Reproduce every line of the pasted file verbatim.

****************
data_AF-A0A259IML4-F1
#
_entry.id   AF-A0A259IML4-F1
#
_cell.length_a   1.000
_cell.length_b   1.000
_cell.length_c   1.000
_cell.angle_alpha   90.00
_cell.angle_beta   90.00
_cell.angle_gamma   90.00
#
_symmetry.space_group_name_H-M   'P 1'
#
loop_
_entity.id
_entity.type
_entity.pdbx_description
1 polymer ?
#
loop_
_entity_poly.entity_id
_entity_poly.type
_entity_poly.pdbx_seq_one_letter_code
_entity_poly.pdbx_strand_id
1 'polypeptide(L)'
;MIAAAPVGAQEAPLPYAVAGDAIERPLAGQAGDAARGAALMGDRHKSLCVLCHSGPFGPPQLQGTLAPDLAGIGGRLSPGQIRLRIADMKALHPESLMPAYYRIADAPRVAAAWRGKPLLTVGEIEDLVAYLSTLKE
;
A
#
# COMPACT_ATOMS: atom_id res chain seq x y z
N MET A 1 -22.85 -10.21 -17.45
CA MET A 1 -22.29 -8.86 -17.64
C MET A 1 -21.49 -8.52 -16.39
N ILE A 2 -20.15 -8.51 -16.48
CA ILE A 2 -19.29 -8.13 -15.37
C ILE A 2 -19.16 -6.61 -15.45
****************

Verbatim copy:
data_AF-A0A259IML4-F1
#
_entry.id   AF-A0A259IML4-F1
#
_cell.length_a   1.000
_cell.length_b   1.000
_cell.length_c   1.000
_cell.angle_alpha   90.00
_cell.angle_beta   90.00
_cell.angle_gamma   90.00
#
_symmetry.space_group_name_H-M   'P 1'
#
loop_
_entity.id
_entity.type
_entity.pdbx_description
1 polymer ?
#
loop_
_entity_poly.entity_id
_entity_poly.type
_entity_poly.pdbx_seq_one_letter_code
_entity_poly.pdbx_strand_id
1 'polypeptide(L)'
;MIAAAPVGAQEAPLPYAVAGDAIERPLAGQAGDAARGAALMGDRHKSLCVLCHSGPFGPPQLQGTLAPDLAGIGGRLSPGQIRLRIADMKALHPESLMPAYYRIADAPRVAAAWRGKPLLTVGEIEDLVAYLSTLKE
;
A
#
# COMPACT_ATOMS: atom_id res chain seq x y z
N MET A 1 -22.85 -10.21 -17.45
CA MET A 1 -22.29 -8.86 -17.64
C MET A 1 -21.49 -8.52 -16.39
N ILE A 2 -20.15 -8.51 -16.48
CA ILE A 2 -19.29 -8.13 -15.37
C ILE A 2 -19.16 -6.61 -15.45